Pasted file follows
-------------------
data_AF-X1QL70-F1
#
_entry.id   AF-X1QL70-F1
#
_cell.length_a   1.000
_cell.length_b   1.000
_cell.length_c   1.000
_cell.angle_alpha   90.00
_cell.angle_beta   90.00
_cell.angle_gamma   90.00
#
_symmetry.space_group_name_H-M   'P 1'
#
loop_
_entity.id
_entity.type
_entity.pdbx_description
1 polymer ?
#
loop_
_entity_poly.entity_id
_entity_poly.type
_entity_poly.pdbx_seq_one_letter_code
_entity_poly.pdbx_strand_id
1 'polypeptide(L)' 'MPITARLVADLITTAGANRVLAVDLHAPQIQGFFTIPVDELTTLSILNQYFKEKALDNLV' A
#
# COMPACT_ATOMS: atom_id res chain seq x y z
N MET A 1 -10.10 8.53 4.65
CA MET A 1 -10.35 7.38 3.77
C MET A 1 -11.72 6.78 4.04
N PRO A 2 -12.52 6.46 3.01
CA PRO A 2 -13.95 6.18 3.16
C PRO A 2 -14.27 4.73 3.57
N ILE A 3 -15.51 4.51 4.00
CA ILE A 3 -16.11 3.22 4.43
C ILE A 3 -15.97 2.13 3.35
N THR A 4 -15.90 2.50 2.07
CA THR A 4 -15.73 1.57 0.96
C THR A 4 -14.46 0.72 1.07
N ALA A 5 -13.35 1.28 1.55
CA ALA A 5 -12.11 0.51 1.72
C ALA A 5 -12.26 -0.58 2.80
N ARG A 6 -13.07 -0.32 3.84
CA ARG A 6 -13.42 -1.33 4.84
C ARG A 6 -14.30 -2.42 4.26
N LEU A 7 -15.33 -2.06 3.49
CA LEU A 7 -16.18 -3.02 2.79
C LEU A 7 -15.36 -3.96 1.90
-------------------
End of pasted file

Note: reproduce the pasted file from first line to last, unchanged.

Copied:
data_AF-X1QL70-F1
#
_entry.id   AF-X1QL70-F1
#
_cell.length_a   1.000
_cell.length_b   1.000
_cell.length_c   1.000
_cell.angle_alpha   90.00
_cell.angle_beta   90.00
_cell.angle_gamma   90.00
#
_symmetry.space_group_name_H-M   'P 1'
#
loop_
_entity.id
_entity.type
_entity.pdbx_description
1 polymer ?
#
loop_
_entity_poly.entity_id
_entity_poly.type
_entity_poly.pdbx_seq_one_letter_code
_entity_poly.pdbx_strand_id
1 'polypeptide(L)' 'MPITARLVADLITTAGANRVLAVDLHAPQIQGFFTIPVDELTTLSILNQYFKEKALDNLV' A
#
# COMPACT_ATOMS: atom_id res chain seq x y z
N MET A 1 -10.10 8.53 4.65
CA MET A 1 -10.35 7.38 3.77
C MET A 1 -11.72 6.78 4.04
N PRO A 2 -12.52 6.46 3.01
CA PRO A 2 -13.95 6.18 3.16
C PRO A 2 -14.27 4.73 3.57
N ILE A 3 -15.51 4.51 4.00
CA ILE A 3 -16.11 3.22 4.43
C ILE A 3 -15.97 2.13 3.35
N THR A 4 -15.90 2.50 2.07
CA THR A 4 -15.73 1.57 0.96
C THR A 4 -14.46 0.72 1.07
N ALA A 5 -13.35 1.28 1.55
CA ALA A 5 -12.11 0.51 1.72
C ALA A 5 -12.26 -0.58 2.80
N ARG A 6 -13.07 -0.32 3.84
CA ARG A 6 -13.42 -1.33 4.84
C ARG A 6 -14.30 -2.42 4.26
N LEU A 7 -15.33 -2.06 3.49
CA LEU A 7 -16.18 -3.02 2.79
C LEU A 7 -15.36 -3.96 1.90